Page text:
Nonetheless, here we are: it is Advent. I’ll tell you right away that I’m not going to preach about Christmas today. I do want to talk about Advent and what we might learn from it. I do think that of all the liturgical seasons, it may be the most Quaker. We tend to think of it as a preparation for Christmas, and in some ways I was raised to think of it that way. For parents of young children it can be helpful to give us some pacing on our way to Christmas, to put the brakes on things, slow them down, mark time a little bit. The pressures of secular Christmas are so enormous that Advent can be a way of helping children dissipate the pressure a little bit and talk about why Christmas itself is important.


More than anything else, Advent is a season of waiting. The liturgical tradition has scripture readings assigned to the Sundays of Advent, and those readings are calibrated very carefully to recall the First Coming of Christ, but only in order to remind us that we are really waiting for the Second Coming of Christ. I recently encountered a reading from St. Cyril of Jerusalem, a writer in the very early Christian centuries, who made exactly that point about Advent. We remind ourselves and prepare ourselves for celebrating the anniversary or the memorial of the First Coming of Christ, precisely so that we remember that we are now waiting for the Second. I don’t know how much sympathy that idea will generate with anybody here, but please hear me out, because I think Quakers can profit from thinking about Advent as a season of waiting.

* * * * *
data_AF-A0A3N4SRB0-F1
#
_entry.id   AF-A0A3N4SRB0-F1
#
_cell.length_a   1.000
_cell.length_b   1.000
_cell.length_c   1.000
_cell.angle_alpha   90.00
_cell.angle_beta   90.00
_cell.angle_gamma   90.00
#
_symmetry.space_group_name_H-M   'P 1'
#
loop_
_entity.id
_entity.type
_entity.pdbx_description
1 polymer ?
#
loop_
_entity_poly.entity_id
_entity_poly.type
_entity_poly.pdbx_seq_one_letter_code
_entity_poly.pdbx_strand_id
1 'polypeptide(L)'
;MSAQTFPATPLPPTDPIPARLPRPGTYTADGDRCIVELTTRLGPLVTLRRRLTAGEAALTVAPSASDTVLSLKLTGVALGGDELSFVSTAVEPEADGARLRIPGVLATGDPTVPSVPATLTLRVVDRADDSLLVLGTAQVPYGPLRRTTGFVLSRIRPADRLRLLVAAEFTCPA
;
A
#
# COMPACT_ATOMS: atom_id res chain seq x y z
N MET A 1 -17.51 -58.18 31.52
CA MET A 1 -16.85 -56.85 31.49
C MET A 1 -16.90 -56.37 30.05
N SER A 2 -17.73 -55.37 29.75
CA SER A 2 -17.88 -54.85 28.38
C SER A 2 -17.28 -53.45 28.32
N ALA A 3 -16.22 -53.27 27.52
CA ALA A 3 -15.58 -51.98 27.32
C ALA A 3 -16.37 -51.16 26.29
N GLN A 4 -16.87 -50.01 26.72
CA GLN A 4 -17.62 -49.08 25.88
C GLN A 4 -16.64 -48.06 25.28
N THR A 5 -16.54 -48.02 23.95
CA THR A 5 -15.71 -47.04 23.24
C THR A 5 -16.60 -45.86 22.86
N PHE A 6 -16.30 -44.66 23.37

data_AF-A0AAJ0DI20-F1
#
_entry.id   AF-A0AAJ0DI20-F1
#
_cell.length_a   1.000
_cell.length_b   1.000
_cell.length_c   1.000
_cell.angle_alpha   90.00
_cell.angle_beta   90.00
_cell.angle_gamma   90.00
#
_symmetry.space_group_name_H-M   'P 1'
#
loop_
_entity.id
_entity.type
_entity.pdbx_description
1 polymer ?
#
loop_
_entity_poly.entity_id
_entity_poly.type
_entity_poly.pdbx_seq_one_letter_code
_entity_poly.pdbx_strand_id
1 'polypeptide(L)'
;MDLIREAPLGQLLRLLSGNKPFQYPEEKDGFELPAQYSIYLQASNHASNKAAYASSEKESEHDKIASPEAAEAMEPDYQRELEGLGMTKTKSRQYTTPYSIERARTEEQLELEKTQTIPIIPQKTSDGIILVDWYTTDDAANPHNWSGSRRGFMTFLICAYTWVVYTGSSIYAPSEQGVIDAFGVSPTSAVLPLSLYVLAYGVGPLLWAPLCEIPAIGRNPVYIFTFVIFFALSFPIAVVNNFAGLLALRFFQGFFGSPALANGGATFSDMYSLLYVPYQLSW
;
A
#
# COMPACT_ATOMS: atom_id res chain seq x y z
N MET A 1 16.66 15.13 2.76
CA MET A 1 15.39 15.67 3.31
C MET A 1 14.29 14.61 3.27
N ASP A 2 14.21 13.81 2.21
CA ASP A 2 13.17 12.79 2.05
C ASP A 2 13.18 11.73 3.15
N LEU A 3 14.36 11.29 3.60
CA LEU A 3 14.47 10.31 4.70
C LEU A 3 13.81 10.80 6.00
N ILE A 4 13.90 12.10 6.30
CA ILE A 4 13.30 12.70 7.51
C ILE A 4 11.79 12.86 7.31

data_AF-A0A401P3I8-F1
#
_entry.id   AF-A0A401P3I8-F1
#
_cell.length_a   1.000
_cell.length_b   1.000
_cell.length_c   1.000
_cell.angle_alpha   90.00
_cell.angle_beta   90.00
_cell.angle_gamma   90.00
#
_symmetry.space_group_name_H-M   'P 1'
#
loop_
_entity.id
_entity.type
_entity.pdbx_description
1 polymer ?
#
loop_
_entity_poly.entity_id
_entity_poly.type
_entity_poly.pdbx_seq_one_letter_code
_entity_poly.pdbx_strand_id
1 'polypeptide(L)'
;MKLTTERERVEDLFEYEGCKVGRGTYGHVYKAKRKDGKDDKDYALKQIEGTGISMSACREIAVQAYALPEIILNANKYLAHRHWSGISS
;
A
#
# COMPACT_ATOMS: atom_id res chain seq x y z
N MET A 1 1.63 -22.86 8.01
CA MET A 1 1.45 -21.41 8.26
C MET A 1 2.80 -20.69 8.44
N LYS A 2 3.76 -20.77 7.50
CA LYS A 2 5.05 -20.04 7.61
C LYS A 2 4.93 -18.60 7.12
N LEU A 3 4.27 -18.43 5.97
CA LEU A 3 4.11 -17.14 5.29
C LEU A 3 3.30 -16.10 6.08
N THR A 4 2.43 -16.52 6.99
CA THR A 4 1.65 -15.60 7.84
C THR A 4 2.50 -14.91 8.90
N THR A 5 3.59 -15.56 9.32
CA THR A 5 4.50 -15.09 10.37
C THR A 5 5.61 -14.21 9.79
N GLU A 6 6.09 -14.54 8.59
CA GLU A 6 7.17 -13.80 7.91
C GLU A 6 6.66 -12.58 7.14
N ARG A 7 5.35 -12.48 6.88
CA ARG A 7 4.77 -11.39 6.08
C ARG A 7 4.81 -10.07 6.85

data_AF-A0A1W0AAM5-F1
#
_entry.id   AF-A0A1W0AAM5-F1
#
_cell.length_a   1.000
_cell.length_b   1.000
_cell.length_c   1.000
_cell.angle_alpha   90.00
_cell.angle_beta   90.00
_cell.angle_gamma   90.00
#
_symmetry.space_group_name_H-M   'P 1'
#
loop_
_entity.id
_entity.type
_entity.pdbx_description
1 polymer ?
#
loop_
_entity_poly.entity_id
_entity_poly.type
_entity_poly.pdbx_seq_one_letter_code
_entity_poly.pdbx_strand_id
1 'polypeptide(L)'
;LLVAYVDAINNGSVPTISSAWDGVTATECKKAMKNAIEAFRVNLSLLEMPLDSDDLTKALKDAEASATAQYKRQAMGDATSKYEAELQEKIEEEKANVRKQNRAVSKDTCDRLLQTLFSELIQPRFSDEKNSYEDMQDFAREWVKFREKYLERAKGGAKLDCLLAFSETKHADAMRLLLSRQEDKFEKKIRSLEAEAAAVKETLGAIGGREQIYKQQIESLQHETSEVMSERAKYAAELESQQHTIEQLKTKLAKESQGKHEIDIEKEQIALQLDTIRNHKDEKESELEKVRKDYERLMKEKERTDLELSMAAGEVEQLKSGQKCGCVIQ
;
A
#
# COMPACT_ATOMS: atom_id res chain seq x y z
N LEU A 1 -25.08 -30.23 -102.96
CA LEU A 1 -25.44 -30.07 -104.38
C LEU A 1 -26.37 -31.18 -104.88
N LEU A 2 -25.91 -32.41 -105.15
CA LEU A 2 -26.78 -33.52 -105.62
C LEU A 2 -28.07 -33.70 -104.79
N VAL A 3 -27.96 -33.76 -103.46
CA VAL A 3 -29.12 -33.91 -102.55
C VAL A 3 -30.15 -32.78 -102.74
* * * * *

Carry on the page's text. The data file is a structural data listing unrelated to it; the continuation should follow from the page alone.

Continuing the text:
The traditional readings of Advent, which these days are spread across a cycle of three years, emphasize both the coming of Christ, the birth of Jesus of Nazareth, and also the prophetic heritage of the Hebrew Bible that expresses the hope and the longing of Israel.